Georgian bans billionaire from forming party
Updated: 2011-10-12 12:00
TBILISI - The civil registry agency under the Georgian Justice Ministry Tuesday clarified Bidzina Ivanishvili's citizenship in a statement, which actually deprived the billionaire's right to launch a political party or finance one in the South Caucasus country.
The registry agency said Ivanishvili did receive his Georgian citizenship on July 22 in 2004, but his Georgian citizenship was deprived of in accordance with the country's legislation after he had been granted the citizenship of the Republic of France later that same year.
According to the existing Georgian constitution, a person with dual citizenship cannot serve as Georgia's president, prime minister, parliamentary speaker or lawmaker.
The same constitution enables the state to impose restrictions on political activities of those without Georgian citizenship.
One of Georgia's opposition parties, Georgian Way, on Tuesday challenged the civil registry agency statement, saying it had found Ivanishvili on Georgia's 2010 voters' list, including his date of birth and current address.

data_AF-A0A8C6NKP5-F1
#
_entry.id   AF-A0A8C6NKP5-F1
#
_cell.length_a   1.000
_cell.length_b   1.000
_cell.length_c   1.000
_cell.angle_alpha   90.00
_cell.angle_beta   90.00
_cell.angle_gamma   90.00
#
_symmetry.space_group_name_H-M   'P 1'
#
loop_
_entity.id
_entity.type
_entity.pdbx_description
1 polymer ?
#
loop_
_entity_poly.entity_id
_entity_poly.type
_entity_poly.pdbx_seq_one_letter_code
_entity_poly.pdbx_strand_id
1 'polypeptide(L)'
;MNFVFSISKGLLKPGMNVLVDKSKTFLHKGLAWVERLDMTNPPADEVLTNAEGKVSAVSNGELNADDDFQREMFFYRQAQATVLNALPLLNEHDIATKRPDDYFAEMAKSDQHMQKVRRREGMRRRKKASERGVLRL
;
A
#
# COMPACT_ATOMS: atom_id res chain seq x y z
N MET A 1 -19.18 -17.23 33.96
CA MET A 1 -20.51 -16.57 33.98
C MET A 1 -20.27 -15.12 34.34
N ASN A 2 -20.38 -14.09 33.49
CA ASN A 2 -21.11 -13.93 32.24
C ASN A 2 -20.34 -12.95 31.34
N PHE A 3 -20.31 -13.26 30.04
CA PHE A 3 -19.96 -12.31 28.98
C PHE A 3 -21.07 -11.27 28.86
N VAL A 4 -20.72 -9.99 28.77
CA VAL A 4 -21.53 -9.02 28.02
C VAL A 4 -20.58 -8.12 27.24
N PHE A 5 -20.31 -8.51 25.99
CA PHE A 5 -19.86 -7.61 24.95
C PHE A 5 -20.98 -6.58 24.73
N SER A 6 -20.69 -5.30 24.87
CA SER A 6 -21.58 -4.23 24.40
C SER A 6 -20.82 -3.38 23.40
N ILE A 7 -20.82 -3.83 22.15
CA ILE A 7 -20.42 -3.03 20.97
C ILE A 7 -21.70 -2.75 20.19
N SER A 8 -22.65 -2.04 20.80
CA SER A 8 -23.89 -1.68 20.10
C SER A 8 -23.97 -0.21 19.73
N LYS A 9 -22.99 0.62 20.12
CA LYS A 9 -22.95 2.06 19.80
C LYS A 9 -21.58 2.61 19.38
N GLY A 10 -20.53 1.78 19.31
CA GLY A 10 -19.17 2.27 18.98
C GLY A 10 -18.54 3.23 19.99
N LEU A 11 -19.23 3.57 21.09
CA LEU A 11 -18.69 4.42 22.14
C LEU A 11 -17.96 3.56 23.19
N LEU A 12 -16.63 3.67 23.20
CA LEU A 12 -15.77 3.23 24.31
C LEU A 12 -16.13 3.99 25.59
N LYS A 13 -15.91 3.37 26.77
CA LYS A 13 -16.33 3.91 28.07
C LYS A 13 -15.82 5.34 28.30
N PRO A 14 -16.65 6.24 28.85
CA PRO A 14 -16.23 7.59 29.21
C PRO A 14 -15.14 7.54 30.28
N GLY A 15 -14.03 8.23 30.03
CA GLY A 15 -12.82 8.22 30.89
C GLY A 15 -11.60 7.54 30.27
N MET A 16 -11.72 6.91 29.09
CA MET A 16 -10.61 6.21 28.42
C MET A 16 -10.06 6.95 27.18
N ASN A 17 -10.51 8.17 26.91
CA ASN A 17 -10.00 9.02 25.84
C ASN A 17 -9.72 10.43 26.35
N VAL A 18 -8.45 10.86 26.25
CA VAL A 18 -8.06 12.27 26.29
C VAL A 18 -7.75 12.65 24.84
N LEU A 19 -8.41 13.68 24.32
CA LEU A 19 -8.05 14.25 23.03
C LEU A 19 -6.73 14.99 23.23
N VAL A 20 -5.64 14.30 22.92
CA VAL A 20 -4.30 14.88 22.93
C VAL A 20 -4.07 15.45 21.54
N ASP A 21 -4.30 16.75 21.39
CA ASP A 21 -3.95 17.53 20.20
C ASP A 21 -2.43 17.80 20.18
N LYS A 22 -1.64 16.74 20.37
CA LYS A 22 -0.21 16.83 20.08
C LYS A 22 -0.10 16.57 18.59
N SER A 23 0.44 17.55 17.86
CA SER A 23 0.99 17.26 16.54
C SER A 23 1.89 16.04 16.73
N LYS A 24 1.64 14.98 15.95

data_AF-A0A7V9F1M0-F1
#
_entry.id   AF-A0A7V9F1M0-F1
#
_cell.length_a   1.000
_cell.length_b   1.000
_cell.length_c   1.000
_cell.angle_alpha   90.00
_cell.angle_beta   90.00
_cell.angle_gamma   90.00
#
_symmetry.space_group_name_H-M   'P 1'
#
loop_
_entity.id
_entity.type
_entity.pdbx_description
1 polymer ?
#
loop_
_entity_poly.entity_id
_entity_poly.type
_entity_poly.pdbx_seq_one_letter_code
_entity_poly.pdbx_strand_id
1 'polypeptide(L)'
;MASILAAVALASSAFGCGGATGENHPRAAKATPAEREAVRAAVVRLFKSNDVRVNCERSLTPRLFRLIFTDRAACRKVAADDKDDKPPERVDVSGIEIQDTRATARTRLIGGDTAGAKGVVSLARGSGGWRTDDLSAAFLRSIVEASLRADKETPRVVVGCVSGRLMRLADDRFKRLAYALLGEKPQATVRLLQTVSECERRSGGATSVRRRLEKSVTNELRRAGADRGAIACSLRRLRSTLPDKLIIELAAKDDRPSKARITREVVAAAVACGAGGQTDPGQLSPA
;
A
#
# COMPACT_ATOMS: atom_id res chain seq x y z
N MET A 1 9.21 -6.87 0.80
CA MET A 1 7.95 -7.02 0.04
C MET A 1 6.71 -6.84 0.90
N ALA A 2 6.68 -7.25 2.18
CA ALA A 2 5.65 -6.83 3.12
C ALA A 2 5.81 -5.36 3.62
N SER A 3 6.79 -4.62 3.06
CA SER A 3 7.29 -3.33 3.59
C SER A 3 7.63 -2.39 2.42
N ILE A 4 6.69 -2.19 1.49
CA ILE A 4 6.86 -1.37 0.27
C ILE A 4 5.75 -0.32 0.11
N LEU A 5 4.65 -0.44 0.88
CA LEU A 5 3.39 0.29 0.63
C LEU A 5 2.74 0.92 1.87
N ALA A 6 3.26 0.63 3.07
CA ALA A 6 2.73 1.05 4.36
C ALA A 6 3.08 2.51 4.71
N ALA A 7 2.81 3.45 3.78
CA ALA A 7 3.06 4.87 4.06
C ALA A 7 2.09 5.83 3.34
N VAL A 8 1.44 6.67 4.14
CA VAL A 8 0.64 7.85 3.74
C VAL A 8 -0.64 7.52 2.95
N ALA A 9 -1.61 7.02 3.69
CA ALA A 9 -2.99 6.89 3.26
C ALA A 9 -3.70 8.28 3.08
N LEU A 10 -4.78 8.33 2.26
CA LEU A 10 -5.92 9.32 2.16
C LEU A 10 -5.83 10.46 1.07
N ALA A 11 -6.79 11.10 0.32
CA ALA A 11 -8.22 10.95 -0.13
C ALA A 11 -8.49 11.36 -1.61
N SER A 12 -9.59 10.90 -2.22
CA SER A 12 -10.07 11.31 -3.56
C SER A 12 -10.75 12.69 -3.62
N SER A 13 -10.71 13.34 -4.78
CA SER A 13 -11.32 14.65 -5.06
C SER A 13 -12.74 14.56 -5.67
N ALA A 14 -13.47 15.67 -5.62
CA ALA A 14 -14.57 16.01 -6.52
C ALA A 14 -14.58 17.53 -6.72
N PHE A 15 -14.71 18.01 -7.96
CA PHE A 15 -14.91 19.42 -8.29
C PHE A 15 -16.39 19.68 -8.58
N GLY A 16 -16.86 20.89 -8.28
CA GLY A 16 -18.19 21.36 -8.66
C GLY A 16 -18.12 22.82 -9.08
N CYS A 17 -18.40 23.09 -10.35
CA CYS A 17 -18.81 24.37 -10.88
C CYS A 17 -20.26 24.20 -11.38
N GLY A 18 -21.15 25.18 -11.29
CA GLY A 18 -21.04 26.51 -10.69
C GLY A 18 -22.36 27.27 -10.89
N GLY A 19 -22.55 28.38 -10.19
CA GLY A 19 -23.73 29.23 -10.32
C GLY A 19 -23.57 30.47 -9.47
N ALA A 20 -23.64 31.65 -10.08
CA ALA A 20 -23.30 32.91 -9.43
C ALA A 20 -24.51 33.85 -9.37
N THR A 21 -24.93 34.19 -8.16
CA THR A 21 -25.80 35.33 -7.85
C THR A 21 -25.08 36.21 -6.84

"The civil registry agency issued ID card on his name on March 7 of 2006 and the person was given right to take part in the 2010 election," the opposition party said in a statement Tuesday.
Some members of parliament representing the ruling United National Movement party said Tuesday that the billionaire philanthropist was trying "to buy Georgia's future" for Russian Prime Minister Vladimir Putin.
The Frobes-list tycoon made headlines in Georgia in the past few days after he had announced his intention to form a political party to run for next year's parliamentary elections in Georgia.
"There will never be Russian money in the Georgian politics," said Pavle Kublashvili, a parliament member of the ruling party who chairs the parliamentary committee for legal affairs.
"No politics will ever be made in Georgia with money lent or granted by (Vladimir) Putin. We should spare no effort in order to protect the Georgian politics from the Russian money," he added.
He also proposed the Georgian political parties should be able to get fundings from the state budget and they should not be tied to the Russian financing.
Seventeen of Georgia's political parties are eligible to get state financing thanks to their capacity to get past the 4-percent threshold (getting 4-percent votes from among the total ballots) in the parliamentary elections. The state budget has set aside 5.9 million Georgian laris ($ 3.575 million) as funding for those 17 parties.
The ruling party is to get 1.95 million ($ 1.18 million) of the funding for next year's elections thanks to its share of the parliamentary seats the party won in the last elections.
The Christian-Democratic Movement party is to get the second largest share of funding -- 767,300 laris ($ 465,030 ).
Nugzar Tsiklauri, another ruling party lawmaker, said on Tuesday that Russia "wants to buy Georgia's future with the money of Russian oligarch Bidzina Ivanishvili.
"Our response is that Georgia's freedom and Georgia's democracy and the choice of the Georgian people is not for sale," the legislator added.